by Harrison Demchick @HDemchick
|We all need editing.|
Great idea! We all need an editor. (Even those of us who are, in fact, editors.) But if you’re new to the publishing industry, odds are you don’t really have a clear idea of what you should be looking for. The internet is filled with eager and enthusiastic people claiming that they, and only they, can enable you to complete the very best version of your story. Who do you pick? How do you know?
Finding your editor is a tricky process, but here are some questions that may make the road a little easier.
Are you looking for feedback on your story? Are you concerned about characterization? Conflict? Description and dialogue? Then what you want is a developmental editor. A developmental editor, sometimes called a substantive or content editor, works with you on the big-picture issues—everything from character arc to logic to writing style.
If you’re looking more for someone to catch all the spelling, punctuation, and grammatical errors, then what you need is a copyeditor. And if you want someone who will make more intensive changes than that, ensuring that each sentence is as strong as it can be, you want a line editor.
Knowing what you want is the first fundamental step toward finding your editor. Also helpful is knowing when you want these editors. A developmental editor typically appears early in the process, while a copyeditor usually comes in toward the end, when all substantive issues have been resolved.
2. But can’t I just have someone do both at the same time?
You can. But you shouldn’t.
The problem with simultaneous developmental editing and copyediting (which I practiced myself for many years) is that you’ll probably end up paying for copyediting at least twice. Suppose a substantial logic issue uncovered in the developmental editing necessitates a complete rewrite of Chapters 6 through 10. What was the point of having those chapters copyedited? You’ll only need them copyedited again once you rewrite them.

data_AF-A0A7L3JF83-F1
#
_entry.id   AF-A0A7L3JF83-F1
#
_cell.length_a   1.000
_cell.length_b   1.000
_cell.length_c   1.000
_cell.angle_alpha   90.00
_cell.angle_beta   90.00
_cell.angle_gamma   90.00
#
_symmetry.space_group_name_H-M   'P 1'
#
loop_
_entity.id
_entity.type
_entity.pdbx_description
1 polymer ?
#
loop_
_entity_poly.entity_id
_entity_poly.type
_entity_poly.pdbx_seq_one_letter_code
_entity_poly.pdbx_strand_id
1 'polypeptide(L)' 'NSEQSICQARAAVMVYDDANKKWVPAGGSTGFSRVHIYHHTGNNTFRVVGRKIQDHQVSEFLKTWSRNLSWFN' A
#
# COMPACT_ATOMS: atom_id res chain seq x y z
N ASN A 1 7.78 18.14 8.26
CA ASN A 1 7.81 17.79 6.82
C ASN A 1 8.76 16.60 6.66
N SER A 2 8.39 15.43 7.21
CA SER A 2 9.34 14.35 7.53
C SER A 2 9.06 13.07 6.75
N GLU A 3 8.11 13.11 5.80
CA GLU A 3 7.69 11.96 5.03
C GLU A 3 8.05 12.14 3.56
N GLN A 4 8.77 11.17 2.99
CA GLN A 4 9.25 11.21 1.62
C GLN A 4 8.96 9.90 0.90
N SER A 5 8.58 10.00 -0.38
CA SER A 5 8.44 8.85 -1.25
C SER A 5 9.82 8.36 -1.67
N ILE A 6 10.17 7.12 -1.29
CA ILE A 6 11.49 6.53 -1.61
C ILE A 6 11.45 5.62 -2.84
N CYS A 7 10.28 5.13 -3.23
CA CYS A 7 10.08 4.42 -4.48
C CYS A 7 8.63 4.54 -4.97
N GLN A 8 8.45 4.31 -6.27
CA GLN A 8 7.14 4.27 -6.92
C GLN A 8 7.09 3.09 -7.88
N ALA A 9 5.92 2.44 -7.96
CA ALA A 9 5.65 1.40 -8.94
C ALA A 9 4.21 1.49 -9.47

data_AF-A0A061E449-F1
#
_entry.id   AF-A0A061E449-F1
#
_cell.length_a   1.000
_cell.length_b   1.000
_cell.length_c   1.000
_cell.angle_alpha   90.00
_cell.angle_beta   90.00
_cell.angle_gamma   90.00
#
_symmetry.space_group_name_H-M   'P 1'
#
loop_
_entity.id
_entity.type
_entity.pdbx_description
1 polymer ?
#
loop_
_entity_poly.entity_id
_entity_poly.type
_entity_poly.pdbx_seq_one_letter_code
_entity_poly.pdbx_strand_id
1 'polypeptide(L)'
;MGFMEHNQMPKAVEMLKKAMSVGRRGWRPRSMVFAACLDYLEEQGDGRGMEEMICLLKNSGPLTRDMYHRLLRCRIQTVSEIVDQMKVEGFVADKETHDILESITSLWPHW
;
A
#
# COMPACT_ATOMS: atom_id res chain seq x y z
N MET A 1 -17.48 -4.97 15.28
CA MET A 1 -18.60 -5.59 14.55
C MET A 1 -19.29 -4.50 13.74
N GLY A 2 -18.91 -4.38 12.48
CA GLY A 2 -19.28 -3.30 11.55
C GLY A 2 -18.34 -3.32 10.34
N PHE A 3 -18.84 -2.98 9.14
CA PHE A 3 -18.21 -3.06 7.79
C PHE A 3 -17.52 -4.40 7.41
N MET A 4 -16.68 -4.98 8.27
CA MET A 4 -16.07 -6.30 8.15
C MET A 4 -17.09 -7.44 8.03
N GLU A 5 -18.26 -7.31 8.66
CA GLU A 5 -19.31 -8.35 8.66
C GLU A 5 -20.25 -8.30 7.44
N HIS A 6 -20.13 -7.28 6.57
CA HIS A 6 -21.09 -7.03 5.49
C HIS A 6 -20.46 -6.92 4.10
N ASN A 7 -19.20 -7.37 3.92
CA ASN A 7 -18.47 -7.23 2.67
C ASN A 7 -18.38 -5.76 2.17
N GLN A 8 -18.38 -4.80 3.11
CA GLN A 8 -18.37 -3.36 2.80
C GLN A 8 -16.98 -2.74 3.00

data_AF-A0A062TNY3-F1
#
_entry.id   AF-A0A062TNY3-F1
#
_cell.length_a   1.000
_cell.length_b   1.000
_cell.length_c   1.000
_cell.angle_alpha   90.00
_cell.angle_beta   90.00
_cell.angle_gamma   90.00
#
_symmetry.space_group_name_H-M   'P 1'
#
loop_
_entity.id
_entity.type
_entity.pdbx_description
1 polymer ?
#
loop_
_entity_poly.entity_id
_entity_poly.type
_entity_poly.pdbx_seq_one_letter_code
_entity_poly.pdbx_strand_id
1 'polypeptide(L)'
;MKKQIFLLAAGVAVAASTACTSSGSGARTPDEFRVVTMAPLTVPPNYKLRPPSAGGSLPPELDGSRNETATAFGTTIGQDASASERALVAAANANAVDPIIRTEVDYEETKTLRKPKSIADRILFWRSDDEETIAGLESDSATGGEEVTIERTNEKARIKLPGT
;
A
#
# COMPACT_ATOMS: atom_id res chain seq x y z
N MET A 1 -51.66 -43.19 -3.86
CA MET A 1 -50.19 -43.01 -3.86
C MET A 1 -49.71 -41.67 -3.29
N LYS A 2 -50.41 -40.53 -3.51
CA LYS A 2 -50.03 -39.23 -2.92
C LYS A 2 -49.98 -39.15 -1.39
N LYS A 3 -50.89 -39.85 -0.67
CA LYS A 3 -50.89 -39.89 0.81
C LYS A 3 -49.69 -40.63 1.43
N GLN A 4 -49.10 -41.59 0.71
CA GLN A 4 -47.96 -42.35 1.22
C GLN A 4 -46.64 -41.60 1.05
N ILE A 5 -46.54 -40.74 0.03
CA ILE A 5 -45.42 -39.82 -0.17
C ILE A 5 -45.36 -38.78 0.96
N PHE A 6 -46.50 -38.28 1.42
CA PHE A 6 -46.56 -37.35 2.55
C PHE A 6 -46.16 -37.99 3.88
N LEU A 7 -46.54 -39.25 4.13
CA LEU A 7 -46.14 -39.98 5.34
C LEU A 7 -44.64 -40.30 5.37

Focusing on one form of editing at a time keeps the process efficient and effective.
Here’s the really tricky part. Everyone with an English degree and a love of reading believes they can be an editor, but the truth of the matter is that editing, like any creative field, requires a particular set of skills. A developmental editor needs a unique combination of creativity and logic. A copyeditor needs a near-perfect eye for error. And these are probably skills you’re not in a position to evaluate.
So what can you evaluate?
You can look at experience. Does this editor have a background in the publishing field, or is she just starting out? Does she have a history of published books? Are there previous clients you can speak with? Someone who has been succeeding in this field for more than five years or so is probably pretty good at their job.
Consider your manuscript as well. Does this editor have experience in your genre? You don’t want to send a fantasy novel to an editor whose emphasis is prescriptive nonfiction. (Or vice versa.)
4. Can’t I save a lot of money by hiring someone without experience?
Sure. But it’s pretty risky.
In much the same way that you wouldn’t hire a med student to perform a tracheotomy or a law student to defend you in court, you should be wary about bringing in an amateur to edit your manuscript. You could wind up with a prodigy, but it’s more likely that you won’t, and without experience there’s really no way to be sure. Some seek out sample edits to alleviate this, but honestly, you learn a lot more from an editor’s history than from five pages of free edits—especially when you are, again, probably not in a position to evaluate.
That’s the other consideration. If you’re a first-time author, you get a lot more from someone who knows the field than someone every bit as new to this as you are. You will save money—there are tons of aspiring editors ready to work below minimum wage on your manuscript—but if your manuscript doesn’t improve, then it doesn’t really matter.
What are some other questions to ask a prospective editor? What’s worked for you? What hasn’t? Share your own editorial experiences in the conversation below!
4 Questions to ask BEFORE Hiring a Freelance Editor - via @HDemchick on @EdieMelson (Click to Tweet)
Hiring an Editor, @HDemchick shares the questions you should ask BEFORE you choose someone (Click to Tweet)
Harrison is also an award-winning, twice-optioned screenwriter, and the author of literary horror novel The Listeners (Bancroft Press, 2012). He's currently accepting new clients in fiction and memoir at The Writer's Ally (http://thewritersally.com).